Archive | February, 2014

Have you ever been told that you rates are suspiciously low?

26 Feb

Have you ever been told that you rates are suspiciously low?

I have never been told this. But this week I was contacted by one translation agency from Spain. Although it was a generic email requesting people to send their quotes (I don`t like answering these emails), I sent my generic reply stating my rates range– just in case.

In fact, I landed the job. This was not too surprising. What surprised me more was the following sentence: “We have received more than one hundred offers (some of them ridiculously expensive, and some others suspiciously cheap to be considered).”

Once again, I don`t like being told that I was selected from 50 people, because it inevitably leads to price competition among translators. This is the main reason I don`t usually reply to generic emails. But the thing is that even these agencies sending emails to a lot of translators do not always look for the cheapest ones (for a lot of translators this may be a kind of revelation). Moreover, it turns out that there is only a tiny percentage of agencies which exclusively hunt for  the best/most competitive rates, while paying absolutely no attention to the experience and/or expertise of translators.

It all means that almost every translation agency (and, of course, every direct client) do not look for the cheapest service providers. What they are looking for are translators with certain level of expertise and rates these agencies can afford. Which in its turn means that you can`t “guess” their price range – you have to have your range of prices set before you start marketing your business. And this range has to be within generally accepted ranges of translation rates. Because sale of your expertise for lower rates will always raise questions.

Translator management strategies for translation agencies

11 Feb

During the last week I was actively engaged in translating Harvard Business Review articles for one of my clients. I would like to make a comment here. The main reason I translate is because this activity pays off – both in terms of money and in terms of getting new and (sometimes) thrilling information.

This translation project was definitely a very valuable experience. The thing is that Harvard Business Review is a very respected publication. Every article there is a precious stone for any businessman, marketer, investor, etc. While people tend to read any piece of information once or twice, translators, on the other hand, usually do this up to ten times before they are able to formulate a sentence in the target language. And that is a true blessing in disguise!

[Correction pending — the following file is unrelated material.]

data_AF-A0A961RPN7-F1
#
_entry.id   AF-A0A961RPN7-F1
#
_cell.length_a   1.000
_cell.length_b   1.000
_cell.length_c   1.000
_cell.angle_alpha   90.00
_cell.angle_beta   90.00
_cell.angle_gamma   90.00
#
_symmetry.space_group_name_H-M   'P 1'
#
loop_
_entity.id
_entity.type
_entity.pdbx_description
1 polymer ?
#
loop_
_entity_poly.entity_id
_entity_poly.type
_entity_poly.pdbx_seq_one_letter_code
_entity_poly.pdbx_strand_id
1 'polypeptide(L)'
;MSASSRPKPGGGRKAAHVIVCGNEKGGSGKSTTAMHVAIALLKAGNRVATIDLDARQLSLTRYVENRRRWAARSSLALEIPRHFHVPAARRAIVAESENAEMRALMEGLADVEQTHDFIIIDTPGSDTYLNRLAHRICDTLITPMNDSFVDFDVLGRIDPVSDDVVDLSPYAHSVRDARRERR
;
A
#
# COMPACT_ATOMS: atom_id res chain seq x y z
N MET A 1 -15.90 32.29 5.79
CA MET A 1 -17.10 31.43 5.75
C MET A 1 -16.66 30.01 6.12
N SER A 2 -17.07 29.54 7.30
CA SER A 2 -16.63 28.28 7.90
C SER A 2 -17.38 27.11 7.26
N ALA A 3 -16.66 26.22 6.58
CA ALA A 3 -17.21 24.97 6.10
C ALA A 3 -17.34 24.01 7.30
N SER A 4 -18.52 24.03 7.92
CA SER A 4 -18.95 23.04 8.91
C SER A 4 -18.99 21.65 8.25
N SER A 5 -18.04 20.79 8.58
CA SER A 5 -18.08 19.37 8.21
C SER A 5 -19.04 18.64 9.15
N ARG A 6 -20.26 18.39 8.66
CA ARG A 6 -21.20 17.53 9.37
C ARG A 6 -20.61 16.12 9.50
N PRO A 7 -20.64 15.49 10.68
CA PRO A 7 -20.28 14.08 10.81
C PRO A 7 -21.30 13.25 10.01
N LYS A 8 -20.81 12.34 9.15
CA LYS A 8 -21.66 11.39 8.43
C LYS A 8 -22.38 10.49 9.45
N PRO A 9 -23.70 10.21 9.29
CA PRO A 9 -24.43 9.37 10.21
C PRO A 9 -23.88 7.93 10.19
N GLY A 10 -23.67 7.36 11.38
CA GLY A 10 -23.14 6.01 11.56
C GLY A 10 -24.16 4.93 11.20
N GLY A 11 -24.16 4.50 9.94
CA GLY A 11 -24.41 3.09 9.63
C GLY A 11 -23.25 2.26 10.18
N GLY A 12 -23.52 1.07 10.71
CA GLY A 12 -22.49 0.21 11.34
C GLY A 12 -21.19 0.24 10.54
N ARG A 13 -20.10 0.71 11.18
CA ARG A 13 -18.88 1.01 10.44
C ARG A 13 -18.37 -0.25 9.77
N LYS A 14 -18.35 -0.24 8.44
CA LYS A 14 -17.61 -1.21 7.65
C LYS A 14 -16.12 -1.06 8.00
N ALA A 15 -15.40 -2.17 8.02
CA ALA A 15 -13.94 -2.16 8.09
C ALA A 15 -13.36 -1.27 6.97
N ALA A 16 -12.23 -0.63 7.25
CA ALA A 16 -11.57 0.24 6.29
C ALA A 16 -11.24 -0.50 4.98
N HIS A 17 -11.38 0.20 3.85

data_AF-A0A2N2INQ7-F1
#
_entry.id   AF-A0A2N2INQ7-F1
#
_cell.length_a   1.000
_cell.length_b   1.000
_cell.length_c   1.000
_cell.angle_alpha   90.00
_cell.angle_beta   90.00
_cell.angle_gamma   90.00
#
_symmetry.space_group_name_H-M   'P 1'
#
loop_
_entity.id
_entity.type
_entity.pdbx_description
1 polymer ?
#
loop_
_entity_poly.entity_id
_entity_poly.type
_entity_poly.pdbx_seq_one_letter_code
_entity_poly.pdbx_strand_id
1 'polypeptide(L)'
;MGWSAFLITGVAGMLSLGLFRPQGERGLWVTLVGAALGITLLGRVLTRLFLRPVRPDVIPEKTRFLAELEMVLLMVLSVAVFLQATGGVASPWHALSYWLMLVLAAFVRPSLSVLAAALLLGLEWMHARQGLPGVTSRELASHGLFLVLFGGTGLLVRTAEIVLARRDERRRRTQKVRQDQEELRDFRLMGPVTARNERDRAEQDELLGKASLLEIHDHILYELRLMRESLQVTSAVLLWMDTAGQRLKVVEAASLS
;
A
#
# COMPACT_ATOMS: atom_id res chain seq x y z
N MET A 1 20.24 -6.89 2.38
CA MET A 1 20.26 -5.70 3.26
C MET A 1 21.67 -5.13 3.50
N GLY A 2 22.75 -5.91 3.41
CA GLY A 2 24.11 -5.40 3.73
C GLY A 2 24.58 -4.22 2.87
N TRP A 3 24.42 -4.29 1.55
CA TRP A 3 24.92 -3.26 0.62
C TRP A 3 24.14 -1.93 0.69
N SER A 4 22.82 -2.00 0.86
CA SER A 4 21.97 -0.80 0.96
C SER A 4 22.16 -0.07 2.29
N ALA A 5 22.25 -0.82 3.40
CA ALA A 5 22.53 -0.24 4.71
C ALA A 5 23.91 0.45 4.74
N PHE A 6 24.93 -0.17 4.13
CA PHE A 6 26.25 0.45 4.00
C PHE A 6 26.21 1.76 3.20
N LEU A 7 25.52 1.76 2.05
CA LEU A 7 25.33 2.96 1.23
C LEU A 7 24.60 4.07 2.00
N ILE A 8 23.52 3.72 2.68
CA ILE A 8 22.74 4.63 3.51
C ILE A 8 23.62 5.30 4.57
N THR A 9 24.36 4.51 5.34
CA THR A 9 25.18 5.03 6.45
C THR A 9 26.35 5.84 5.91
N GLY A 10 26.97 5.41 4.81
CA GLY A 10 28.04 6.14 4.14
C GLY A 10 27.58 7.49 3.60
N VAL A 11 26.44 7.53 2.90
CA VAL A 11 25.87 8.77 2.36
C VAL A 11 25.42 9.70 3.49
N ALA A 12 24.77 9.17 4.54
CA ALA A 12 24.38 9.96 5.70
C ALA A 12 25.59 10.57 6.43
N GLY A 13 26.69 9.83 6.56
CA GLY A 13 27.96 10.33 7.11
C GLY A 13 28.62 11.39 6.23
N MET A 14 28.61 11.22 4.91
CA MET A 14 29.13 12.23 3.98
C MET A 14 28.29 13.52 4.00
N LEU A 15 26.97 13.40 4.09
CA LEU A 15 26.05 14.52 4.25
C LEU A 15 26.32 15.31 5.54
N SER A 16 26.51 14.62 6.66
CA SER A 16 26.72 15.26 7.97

The article I am going to refer to is called “Talent Management for the Twenty-First Century” (http://bit.ly/1fc25NR ) by Peter Cappelli. Quote: “At its heart, talent management is simply a matter of anticipating the need for human capital and then setting out a plan to meet it.” He describes three options when facing the challenge of getting (key) talents for any American company: 1) you just do nothing, i.e. no talent management system is available, 2) you hire an excess of managers to literally  park people on a bench until opportunities became available (so-called internal development strategy), and 3) you “resort” to recruiting talents away (as one CEO in the article said, “Why should we develop people when our competitors are willing to do it for us?”)

Well, the author insists that these three models are outdated and now dead. But before we go on and compare them to strategies used by buyers of translation services (well, agencies), let me outline, in brief, the model the author suggests.

Well, the first model is not a model actually. We do not seriously consider it. Peter Cappelli, on the other hand, suggests that corporations combine two models using forecasts of demand on talents for a year or so. In case you see you will need 100 managers, you then develop 85 of them internally, and in case the actual need is 100 managers or slightly more, you will than hire the rest outside.

Let`s now extrapolate the findings to the translation industry. You don’t necessarily have to employ in-house translators. Instead, you have to cooperate with the number of freelancers that will allow you to cover, say, 85% of demand (by language pairs, ideally). The rest can be hired in case of “emergency” outside.

Although this is not rocket science, a lot of other thrilling conclusions can be drawn from this simple notion. You just have to brainstorm the idea, taking also into account the nature of freelancing.

But that will be another article.

Have a nice day!